Self-initiated learning reveals memory performance and electrophysiological differences between younger, older and older adults with relative memory impairment

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Abstract

Older adults display difficulties in encoding and retrieval of information, resulting in poorer memory. This may be due to an inability of older adults to engage elaborative encoding strategies during learning. This study examined behavioural and electrophysiological effects of explicit cues to self-initiate learning during encoding and subsequent recognition of words in younger adults (YA), older control adults (OA) and older adults with relative memory impairment (OD). The task was a variation of the old/new paradigm, some study items were preceded by a cue to learn the word (L) while others by a do not learn cue (X). Behaviourally, YA outperformed OA and OD on the recognition task, with no significant difference between OA and OD. Event-related potentials at encoding revealed enhanced early visual processing (70–140 ms) for L- versus X-words in young and old. Only YA exhibited a greater late posterior positivity (LPP; 200–500 ms) for all words during encoding perhaps reflecting superior encoding strategy. During recognition, only YA differentiated L- versus X-words with enhanced frontal P200 (150–250 ms) suggesting impaired early word selection for retrieval in older groups; however, OD had enhanced P200 activity compared to OA during L-word retrieval. The LPP (250–500 ms) was reduced in amplitude for L-words compared to both X- and new words. However, YA showed greater LPP amplitude for all words compared to OA. For older groups, we observed reduced left parietal hemispheric asymmetry apparent in YA during encoding and recognition, especially for OD. Findings are interpreted in the light of models of compensation and dedifferentiation associated with age-related changes in memory function.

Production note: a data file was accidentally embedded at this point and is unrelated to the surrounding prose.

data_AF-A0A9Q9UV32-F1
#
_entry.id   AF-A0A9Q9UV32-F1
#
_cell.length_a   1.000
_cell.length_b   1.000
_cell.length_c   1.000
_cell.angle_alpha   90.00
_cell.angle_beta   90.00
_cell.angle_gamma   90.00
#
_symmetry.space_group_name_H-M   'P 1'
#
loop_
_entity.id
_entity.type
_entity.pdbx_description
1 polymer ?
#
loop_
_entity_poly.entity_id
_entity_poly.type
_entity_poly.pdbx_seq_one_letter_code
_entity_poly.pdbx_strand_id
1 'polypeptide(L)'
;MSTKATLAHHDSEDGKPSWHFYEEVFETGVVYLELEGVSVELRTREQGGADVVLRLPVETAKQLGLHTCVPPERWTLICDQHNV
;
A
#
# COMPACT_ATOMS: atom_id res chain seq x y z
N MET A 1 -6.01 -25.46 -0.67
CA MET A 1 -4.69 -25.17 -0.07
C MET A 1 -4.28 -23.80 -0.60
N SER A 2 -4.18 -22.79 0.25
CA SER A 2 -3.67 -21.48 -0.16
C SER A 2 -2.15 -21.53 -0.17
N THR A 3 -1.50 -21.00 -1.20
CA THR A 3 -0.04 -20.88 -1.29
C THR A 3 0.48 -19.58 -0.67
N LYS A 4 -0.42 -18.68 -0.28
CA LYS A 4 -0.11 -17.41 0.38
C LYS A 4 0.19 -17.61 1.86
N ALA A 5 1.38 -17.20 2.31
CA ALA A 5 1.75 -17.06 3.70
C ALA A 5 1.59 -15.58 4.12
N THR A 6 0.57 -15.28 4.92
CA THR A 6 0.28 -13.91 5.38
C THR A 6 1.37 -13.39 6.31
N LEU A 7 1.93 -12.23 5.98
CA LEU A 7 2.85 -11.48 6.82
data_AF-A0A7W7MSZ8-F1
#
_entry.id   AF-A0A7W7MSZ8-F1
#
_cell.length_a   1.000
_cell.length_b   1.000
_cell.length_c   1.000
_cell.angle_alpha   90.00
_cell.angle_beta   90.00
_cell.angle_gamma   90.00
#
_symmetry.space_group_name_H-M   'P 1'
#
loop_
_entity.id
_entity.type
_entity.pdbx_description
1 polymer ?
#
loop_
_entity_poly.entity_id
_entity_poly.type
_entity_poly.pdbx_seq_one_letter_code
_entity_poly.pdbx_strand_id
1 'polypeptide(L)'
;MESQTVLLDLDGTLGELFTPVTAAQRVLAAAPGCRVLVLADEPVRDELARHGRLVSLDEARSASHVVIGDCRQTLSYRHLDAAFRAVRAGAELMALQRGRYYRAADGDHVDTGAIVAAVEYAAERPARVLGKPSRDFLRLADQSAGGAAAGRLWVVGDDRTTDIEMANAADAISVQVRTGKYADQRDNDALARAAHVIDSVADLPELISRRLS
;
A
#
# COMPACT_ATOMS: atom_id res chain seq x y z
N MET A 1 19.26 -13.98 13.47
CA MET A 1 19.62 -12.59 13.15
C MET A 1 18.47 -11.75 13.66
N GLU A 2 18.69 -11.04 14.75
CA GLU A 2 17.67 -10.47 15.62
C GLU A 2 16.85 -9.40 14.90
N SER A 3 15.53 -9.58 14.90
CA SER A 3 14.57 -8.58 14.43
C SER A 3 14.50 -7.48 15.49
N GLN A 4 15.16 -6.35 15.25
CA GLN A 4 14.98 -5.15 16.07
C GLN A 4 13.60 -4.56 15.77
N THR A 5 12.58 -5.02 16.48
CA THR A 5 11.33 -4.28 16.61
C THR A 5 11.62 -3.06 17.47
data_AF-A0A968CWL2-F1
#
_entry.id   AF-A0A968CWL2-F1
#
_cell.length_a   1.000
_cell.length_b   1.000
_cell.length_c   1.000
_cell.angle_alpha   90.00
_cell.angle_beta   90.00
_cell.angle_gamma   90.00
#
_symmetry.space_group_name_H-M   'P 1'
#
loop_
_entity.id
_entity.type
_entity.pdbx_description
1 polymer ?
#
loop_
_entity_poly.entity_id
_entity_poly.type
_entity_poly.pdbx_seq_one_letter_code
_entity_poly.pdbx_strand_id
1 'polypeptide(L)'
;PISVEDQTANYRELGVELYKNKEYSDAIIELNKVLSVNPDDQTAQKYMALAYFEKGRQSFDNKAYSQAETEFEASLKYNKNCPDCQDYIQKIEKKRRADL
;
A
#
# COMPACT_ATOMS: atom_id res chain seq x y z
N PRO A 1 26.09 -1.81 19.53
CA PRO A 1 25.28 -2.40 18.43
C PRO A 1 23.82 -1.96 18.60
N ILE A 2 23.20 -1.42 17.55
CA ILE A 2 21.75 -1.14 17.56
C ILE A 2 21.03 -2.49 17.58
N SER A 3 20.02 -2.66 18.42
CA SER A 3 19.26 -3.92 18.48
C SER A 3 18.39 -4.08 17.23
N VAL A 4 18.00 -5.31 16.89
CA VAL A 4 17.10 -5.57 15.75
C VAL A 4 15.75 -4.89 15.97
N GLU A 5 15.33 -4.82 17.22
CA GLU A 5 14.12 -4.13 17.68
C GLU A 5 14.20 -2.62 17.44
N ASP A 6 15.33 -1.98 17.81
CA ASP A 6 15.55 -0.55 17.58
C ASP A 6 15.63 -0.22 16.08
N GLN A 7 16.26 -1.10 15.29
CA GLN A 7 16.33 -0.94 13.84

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Kenney, J. P. M., Ward, C., Gallen, D., Roche, R. A. P., Dockree, P., Hohensen, N., … Hogan, M. J. (2019). Self-initiated learning reveals memory performance and electrophysiological differences between younger, older and older adults with relative memory impairment. European Journal of Neuroscience, 50(11), 3855–3872. https://doi.org/10.1111/ejn.14530

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